Fees are falling, oil prices are low, and the region’s economies are under threat. But the world’s biggest investment banks say they have no intention of pulling out of the Gulf.

Regional M&A, loan, debt and equity issuance fees fell 7% in the 10 months to the end of October, according to Refinitiv data. Globally, meanwhile, fees rose 17% over the same period as companies in the United States and Europe raised funds to cope with the impact of the pandemic.

Comparisons with the rest of the world will likely be worse for the year as a whole, as last December’s IPO of Saudi Aramco – the world’s highest listing – generated a one-time fee windfall for the Gulf during the last months of 2019.

The outlook for 2021 is less clear, as the pandemic stimulates activity in some areas, such as fundraising for relatively healthy companies and restructuring the balance sheets of struggling companies, while stifling other activity, such as fundraising, as investors fear that economies will deteriorate as well. many they will not get their money back.

But despite the uncertainty, top regional executives from JPMorgan Chase, Citigroup, Deutsche Bank and HSBC – among the most active global banks in the region – remain committed to the Gulf, with some even adding resources.

“Total investment banking fees in the Gulf region are on track to exceed $1 billion for only the second time in a decade and this is happening despite the uncertainty,” said Abdulfattah Sharaf, chief executive of HSBC in the United Arab Emirates.

M&A fees in the Gulf are outperforming, up 17% in the year to October versus a 10% decline globally, according to Refinitiv data. But Gulf borrowing costs were down 39%, compared to a 9% drop globally, while bond issuance costs were down 6% in the Gulf and up 29% in the world.

In fundraising client advisory activity, Refinitiv data shows a 43% increase in fees in the Gulf to $74.6 million year-to-date, versus a 76% increase worldwide. Mr Sharaf argues that the difference is “not surprising. . . especially given the record run we’ve had for US equities, which is a very different market.”

Miguel Azevedo, Citi’s head of investment banking for the Middle East and Africa, said the pandemic presented “significant opportunities” for investment banks in the region.

“Covid has brought the world to a standstill,” says Mr Azevedo. “Some industries that are very dependent on oil like travel, these will probably never come back. This sudden drop in oil prices is a wake-up call. . . It is becoming unsustainable to be 100% dependent on oil because other things can affect you like this.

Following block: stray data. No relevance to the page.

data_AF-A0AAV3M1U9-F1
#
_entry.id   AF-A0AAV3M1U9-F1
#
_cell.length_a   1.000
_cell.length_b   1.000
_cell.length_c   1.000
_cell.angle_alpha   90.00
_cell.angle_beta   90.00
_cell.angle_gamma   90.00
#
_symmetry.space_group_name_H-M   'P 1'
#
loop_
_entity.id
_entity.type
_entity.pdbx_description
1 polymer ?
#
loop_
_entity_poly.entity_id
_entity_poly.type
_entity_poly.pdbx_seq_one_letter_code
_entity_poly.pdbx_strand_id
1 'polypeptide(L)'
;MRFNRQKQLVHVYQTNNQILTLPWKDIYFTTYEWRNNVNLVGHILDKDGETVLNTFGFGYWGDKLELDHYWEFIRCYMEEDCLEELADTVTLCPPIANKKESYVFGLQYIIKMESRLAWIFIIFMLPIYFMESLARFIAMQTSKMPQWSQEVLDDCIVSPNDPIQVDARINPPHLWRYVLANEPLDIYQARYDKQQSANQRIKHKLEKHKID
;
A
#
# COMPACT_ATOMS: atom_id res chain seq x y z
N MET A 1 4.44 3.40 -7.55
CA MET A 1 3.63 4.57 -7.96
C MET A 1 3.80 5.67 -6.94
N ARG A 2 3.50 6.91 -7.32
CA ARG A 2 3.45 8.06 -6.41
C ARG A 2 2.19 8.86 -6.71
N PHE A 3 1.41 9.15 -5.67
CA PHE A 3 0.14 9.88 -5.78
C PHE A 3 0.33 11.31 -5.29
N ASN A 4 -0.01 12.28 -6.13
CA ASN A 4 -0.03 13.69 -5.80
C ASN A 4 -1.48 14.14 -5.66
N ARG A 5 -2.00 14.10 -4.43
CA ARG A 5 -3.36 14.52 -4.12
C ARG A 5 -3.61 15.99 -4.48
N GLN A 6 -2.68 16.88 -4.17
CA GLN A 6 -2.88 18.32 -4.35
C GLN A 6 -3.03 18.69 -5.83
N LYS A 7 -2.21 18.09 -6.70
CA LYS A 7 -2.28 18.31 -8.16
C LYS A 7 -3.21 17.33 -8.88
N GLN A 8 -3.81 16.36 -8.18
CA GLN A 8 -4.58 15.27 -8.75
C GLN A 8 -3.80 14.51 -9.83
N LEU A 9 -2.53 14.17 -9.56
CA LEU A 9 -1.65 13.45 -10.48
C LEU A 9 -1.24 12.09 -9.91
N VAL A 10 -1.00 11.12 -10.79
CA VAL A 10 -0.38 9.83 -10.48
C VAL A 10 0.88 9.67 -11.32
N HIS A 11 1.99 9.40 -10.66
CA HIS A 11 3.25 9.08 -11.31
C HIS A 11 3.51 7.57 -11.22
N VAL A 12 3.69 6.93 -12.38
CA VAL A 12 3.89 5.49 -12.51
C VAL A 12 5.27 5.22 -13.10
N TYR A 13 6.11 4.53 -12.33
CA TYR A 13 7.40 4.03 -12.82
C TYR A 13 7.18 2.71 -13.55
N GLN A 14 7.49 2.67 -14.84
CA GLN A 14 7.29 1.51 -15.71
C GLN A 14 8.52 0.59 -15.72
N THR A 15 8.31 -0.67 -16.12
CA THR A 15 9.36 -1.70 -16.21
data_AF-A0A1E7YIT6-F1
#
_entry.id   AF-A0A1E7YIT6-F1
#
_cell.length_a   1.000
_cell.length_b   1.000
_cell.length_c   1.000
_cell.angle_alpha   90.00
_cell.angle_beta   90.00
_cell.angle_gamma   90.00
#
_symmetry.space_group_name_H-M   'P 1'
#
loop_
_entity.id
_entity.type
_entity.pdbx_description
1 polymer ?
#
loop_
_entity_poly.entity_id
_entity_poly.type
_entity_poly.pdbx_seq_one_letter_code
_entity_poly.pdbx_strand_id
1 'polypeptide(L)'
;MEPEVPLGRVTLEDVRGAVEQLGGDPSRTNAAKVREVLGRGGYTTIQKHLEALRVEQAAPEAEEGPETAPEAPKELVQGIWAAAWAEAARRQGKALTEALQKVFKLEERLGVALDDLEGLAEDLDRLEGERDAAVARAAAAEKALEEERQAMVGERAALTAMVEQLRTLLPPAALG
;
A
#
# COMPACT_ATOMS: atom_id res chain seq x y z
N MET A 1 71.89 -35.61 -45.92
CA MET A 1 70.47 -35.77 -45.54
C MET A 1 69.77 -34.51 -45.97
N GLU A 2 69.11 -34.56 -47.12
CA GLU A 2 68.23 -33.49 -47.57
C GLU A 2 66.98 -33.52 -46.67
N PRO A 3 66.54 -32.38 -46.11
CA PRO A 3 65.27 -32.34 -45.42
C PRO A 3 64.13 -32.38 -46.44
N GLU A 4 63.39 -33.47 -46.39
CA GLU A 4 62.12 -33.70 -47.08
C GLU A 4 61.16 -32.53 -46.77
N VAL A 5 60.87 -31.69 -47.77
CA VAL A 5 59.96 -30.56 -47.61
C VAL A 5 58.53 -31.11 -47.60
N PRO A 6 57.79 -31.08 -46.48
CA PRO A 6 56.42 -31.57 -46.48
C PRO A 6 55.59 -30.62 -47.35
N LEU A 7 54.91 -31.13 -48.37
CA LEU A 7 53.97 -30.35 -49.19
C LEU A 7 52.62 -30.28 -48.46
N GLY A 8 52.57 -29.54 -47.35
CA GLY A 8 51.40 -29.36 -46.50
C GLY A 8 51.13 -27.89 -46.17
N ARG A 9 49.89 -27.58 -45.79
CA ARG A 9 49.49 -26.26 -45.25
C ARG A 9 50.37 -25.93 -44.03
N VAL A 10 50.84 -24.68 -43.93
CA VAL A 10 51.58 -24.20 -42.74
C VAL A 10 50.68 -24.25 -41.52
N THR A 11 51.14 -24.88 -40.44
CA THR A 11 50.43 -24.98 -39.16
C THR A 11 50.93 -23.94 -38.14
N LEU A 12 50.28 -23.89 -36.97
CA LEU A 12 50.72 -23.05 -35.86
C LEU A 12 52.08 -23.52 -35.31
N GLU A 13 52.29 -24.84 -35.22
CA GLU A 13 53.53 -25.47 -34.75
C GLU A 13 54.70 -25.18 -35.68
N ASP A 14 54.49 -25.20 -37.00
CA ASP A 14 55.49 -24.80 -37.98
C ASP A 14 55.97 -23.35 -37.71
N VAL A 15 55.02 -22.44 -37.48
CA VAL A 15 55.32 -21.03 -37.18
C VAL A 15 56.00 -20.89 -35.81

This means the pandemic will be an “accelerator” of trends already underway, including a push by Gulf countries to diversify away from the oil industry.

This process will generate a significant work pipeline for investment banks.

The fall in oil prices, the result of both the Covid-19 crisis and a price war between major producers, is also creating challenges for Gulf sovereigns, which in turn are providing opportunities for banks. investment that help them tap into the funding markets.

“Global emissions (GCC) for the year to date were higher in 2020,” said Karim Tannir, JPMorgan’s co-head of Middle East and North Africa. “This is driven by the need for capital to shore up government balances.”

Mr Tannir says investors’ appetite for sovereign debt has been “very strong”, thanks to stable currencies and credit profiles, and the absence of capital controls. A $5 billion bond issue by Abu Dhabi was oversubscribed 4.8 times.

Bond issues are good news for another part of the investment banking business.

Ahmed Beydoun, regional head of fixed income sales at Deutsche Bank, says credit markets are having a “very strong” 2020, “helped by the issuance boom”.

However, not all the dynamics in the region work in favor of the banks. State ownership can mitigate the need to raise funds in public markets.

Aviation is an example: US-based airlines raised $10 billion in a single week in June; Gulf airlines have been active but not to the same extent as they have other sources of funding.

When Emirates was in trouble at the end of March, the Dubai government said it would inject equity to support the airline “in the current critical period”.

“Each market has its own characteristics,” says JPMorgan’s Tannir. “The MENA region has seen an abundant level of activity, both in the deployment of capital globally and in the monetization aspect and the privatization aspect (of government plans) which has seen some good successes.